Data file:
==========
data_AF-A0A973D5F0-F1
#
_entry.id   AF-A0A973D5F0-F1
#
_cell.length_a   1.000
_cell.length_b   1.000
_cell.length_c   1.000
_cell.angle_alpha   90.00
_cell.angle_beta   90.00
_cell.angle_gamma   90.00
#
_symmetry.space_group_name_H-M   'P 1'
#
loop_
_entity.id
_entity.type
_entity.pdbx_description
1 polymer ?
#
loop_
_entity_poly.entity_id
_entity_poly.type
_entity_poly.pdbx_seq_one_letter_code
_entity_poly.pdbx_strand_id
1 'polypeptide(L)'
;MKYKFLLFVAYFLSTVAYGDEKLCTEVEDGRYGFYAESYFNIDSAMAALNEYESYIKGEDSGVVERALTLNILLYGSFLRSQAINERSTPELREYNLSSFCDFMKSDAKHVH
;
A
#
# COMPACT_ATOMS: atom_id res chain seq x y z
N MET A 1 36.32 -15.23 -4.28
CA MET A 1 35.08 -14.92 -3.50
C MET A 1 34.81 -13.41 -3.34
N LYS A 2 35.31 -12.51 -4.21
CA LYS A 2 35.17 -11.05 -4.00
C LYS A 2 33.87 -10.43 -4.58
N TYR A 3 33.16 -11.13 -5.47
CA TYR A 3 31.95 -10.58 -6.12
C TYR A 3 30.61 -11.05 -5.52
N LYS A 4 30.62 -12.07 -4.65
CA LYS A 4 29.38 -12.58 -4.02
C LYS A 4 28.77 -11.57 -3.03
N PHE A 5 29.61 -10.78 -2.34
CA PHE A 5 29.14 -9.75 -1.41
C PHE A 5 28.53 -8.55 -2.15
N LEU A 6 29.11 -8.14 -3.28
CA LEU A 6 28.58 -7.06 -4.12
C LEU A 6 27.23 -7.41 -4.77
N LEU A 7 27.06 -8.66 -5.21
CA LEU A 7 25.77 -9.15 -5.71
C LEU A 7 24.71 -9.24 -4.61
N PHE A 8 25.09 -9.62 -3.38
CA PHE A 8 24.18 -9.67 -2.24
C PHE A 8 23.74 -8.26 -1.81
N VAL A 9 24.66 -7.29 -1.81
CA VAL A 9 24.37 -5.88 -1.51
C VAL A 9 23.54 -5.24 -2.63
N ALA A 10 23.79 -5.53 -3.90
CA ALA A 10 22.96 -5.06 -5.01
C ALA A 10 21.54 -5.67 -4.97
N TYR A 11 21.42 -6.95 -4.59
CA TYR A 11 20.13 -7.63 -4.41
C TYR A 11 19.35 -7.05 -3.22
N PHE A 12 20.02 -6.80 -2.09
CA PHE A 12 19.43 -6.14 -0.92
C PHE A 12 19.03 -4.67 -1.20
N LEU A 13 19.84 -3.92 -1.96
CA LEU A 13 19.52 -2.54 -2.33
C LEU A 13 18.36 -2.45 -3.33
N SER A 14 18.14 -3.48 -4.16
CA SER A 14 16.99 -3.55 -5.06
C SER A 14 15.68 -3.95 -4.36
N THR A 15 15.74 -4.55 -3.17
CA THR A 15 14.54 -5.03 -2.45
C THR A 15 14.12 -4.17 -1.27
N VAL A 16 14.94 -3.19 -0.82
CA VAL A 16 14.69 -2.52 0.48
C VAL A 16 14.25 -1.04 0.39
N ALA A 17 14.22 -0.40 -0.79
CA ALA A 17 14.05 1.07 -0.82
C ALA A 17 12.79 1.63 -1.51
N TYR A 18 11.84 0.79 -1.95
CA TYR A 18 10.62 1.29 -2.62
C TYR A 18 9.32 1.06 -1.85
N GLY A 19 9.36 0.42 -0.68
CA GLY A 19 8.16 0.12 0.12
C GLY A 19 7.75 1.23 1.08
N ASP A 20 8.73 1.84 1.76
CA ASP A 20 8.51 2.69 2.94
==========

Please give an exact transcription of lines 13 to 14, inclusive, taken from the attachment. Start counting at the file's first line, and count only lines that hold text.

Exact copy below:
#
loop_